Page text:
3) Non-Verbal Communication

  1. You’ve made it into the top 5%! Now, if this stage is really mastered, you’ll win the job. Most communication happens on the non-verbal level, in fact approximately 85% does. Funny thing is, most people don’t even consider this part!
  2. When I say non-verbal communication, I mean the things you project about yourself without even saying a word. Ever wonder why certain salesmen make you feel really uncomfortable? They say all the right words. They care about you and your needs. But something seems off? Do you know what that is? It’s their non-verbal communication. Whilst their words are sending the message “I care” their non-verbal communication is saying “buy this buy this buy this” and nobody likes to feel pressured. Hence, the uneasy feeling that something just isn’t right.
  3. Be confident in yourself, and *believe* that you can do the job. If you believe in this, you will project that reality, and ultimately that’s what the manager wants. If underneath your answers, lies doubt and worry, you won’t be able to build rapport, your doubt will shine through in the way that you answer questions, and this will undermine all Verbal Communication and the words that you’ve worked so hard to get out there.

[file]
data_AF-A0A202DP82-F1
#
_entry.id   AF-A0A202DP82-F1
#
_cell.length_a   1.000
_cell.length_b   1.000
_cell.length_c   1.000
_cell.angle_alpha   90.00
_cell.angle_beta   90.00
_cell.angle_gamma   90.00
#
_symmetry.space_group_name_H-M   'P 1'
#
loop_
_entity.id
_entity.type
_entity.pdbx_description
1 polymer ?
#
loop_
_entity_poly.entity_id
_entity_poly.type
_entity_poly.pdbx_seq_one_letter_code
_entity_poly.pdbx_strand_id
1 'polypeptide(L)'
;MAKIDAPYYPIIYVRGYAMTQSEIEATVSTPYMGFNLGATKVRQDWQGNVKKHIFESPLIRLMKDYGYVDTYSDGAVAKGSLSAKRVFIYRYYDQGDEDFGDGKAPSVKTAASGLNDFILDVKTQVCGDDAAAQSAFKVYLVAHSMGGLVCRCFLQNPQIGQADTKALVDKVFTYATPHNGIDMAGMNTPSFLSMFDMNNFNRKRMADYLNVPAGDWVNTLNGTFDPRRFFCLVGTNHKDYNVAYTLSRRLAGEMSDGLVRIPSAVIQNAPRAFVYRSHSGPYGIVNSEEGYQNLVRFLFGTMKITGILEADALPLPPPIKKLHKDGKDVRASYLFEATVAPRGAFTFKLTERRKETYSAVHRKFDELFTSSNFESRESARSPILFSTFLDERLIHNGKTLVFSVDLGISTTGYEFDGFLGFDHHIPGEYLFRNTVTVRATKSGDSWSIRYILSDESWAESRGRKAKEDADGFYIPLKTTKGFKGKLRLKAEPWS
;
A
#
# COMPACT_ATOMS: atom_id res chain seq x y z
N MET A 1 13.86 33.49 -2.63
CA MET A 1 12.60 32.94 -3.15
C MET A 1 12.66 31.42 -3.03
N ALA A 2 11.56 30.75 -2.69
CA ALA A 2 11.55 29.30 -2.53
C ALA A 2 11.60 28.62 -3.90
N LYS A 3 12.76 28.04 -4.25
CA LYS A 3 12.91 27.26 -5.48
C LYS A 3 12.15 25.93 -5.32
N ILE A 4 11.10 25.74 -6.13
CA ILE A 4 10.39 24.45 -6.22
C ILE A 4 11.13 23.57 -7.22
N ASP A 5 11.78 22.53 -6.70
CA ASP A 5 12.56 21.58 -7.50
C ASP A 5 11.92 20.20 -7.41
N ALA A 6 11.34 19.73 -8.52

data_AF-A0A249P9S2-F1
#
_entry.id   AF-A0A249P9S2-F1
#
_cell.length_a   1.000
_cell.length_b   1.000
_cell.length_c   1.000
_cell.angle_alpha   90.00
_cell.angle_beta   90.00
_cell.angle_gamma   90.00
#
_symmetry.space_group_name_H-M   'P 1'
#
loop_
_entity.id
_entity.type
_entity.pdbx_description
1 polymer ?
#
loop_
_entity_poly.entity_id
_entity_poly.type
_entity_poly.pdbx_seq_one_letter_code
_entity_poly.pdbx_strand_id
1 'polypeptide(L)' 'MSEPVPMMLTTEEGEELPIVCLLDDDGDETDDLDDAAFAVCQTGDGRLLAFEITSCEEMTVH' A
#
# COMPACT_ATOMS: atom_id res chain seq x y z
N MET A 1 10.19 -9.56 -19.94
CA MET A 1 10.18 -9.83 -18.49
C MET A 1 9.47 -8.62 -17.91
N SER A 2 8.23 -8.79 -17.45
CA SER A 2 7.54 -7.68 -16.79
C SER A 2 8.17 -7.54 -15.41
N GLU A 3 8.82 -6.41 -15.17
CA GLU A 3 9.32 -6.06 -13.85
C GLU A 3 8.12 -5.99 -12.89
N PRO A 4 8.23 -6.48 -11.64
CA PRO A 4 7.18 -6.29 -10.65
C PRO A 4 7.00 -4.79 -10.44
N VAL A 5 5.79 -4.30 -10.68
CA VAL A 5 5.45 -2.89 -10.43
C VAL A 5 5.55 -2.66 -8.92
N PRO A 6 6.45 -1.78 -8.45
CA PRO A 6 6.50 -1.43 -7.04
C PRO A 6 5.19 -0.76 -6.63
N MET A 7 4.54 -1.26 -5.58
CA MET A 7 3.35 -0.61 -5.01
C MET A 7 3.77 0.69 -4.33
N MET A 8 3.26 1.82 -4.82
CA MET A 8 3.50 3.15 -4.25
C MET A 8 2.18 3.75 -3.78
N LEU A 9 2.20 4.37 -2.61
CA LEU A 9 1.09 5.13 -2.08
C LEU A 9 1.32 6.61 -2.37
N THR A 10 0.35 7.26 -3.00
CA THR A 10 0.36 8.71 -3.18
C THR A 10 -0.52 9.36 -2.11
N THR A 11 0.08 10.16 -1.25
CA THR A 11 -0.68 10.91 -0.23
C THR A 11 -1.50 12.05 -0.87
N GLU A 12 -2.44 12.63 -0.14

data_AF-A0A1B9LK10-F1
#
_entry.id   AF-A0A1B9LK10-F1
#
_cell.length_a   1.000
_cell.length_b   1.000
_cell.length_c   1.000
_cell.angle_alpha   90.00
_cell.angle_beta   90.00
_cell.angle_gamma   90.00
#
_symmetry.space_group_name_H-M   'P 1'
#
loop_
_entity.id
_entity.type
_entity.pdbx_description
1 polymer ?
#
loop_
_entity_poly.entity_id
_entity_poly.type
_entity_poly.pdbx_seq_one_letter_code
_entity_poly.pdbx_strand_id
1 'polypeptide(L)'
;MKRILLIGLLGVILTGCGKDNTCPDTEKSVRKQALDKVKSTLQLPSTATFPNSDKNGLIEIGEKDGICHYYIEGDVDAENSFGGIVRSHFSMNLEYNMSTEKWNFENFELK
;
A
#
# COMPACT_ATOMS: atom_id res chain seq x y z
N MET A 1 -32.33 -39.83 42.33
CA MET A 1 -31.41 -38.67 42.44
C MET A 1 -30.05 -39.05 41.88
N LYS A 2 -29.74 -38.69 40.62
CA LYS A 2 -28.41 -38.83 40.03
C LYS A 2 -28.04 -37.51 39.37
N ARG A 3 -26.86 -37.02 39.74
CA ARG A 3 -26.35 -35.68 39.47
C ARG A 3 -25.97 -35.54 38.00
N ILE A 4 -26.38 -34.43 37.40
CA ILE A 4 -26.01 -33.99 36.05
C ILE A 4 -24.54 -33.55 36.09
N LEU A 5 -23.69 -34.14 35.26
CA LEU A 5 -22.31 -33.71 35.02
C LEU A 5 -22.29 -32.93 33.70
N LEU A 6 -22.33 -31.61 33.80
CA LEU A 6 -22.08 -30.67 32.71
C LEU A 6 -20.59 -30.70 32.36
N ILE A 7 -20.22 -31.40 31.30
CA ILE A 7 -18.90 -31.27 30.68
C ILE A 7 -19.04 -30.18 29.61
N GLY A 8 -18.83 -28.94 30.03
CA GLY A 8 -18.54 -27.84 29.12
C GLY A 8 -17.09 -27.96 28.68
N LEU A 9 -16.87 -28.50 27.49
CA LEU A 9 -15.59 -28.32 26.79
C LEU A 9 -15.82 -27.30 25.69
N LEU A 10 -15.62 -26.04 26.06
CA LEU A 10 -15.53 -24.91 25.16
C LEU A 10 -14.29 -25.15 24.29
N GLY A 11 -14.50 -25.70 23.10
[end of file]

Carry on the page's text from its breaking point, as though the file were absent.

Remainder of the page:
Moral of the story: Ensure that your Written, Verbal and Non-Verbal Communication send the same message. And THAT, is how you get stay competitive in today’s job market!

Irene Kotov is the founder of Resume Writers Brisbane, a consultancy that helps people effectively manage their careers. Irene works with clients to uncover their passion, and navigates their way to making it a reality. Through Resume Writing Services and Interview Coaching, Irene helps job-seekers create an impactful personal brand that has them stand out above the rest.